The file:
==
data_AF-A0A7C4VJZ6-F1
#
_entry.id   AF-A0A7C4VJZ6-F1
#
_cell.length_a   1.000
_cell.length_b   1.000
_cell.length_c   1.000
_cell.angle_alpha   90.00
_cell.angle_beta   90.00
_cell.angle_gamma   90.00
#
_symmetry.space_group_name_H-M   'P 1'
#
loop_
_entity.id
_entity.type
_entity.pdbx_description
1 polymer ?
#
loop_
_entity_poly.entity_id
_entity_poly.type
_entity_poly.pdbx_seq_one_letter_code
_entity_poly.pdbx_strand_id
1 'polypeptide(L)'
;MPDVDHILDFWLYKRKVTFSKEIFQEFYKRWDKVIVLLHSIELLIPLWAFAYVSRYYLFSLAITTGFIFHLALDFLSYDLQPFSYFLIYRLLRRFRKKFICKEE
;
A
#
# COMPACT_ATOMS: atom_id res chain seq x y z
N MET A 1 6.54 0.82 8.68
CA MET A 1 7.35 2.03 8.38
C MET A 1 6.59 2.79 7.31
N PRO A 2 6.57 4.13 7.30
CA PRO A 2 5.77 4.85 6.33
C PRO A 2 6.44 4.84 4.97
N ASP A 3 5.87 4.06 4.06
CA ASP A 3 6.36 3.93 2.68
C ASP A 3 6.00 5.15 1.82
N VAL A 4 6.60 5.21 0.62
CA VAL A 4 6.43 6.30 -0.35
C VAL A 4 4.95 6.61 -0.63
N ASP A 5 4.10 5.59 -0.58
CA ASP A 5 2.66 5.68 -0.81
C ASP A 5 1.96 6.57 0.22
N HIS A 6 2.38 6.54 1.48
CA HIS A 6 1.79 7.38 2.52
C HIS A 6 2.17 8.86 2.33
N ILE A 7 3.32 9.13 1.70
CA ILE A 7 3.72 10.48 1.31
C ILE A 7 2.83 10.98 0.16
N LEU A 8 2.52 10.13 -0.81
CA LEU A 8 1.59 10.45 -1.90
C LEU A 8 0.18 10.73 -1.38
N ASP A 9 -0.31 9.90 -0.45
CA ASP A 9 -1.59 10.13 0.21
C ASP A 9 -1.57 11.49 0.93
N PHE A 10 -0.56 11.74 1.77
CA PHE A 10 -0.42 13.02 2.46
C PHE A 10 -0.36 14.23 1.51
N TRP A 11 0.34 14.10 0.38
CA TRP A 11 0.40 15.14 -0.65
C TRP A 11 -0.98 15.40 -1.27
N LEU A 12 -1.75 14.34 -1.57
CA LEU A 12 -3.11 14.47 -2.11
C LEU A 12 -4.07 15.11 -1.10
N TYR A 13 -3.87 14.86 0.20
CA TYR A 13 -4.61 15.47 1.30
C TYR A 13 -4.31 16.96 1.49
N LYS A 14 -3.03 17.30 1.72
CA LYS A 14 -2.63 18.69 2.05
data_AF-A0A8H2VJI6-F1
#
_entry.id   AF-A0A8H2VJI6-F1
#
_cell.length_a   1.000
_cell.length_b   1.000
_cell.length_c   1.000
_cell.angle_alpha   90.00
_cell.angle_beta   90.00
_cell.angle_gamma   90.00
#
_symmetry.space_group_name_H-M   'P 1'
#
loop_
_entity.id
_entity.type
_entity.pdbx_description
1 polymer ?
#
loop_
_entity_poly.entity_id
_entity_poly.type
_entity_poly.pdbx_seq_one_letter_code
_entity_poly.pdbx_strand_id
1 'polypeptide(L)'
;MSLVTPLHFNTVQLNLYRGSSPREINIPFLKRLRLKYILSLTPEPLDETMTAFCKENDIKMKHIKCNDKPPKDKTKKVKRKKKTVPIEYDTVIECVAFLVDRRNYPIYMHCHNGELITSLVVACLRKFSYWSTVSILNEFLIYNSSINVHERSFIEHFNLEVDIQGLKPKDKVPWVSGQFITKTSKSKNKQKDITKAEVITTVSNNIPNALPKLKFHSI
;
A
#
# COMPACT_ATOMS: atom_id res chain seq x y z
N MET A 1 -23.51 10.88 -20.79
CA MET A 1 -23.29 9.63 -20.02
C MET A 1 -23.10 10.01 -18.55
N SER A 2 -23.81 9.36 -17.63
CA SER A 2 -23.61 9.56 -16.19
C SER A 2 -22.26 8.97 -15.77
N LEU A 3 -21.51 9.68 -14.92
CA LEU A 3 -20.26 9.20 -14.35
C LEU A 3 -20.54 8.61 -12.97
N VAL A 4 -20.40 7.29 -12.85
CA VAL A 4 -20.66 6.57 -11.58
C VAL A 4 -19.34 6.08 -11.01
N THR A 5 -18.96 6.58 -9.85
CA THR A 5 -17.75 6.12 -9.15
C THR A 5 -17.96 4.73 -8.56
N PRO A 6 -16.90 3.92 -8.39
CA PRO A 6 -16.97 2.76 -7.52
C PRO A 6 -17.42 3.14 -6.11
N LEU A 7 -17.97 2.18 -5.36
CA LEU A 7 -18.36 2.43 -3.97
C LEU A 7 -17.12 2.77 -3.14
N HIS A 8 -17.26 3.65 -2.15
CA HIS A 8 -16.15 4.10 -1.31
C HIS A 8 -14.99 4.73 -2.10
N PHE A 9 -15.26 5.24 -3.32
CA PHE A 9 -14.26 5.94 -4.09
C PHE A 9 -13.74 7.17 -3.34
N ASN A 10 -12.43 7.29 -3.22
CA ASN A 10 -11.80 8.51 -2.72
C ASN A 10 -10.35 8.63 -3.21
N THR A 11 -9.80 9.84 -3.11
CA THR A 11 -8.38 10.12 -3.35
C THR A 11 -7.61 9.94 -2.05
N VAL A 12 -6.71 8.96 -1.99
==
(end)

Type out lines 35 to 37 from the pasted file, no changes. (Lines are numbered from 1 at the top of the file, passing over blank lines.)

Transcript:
CA PRO A 2 5.77 4.85 6.33
C PRO A 2 6.44 4.84 4.97
N ASP A 3 5.87 4.06 4.06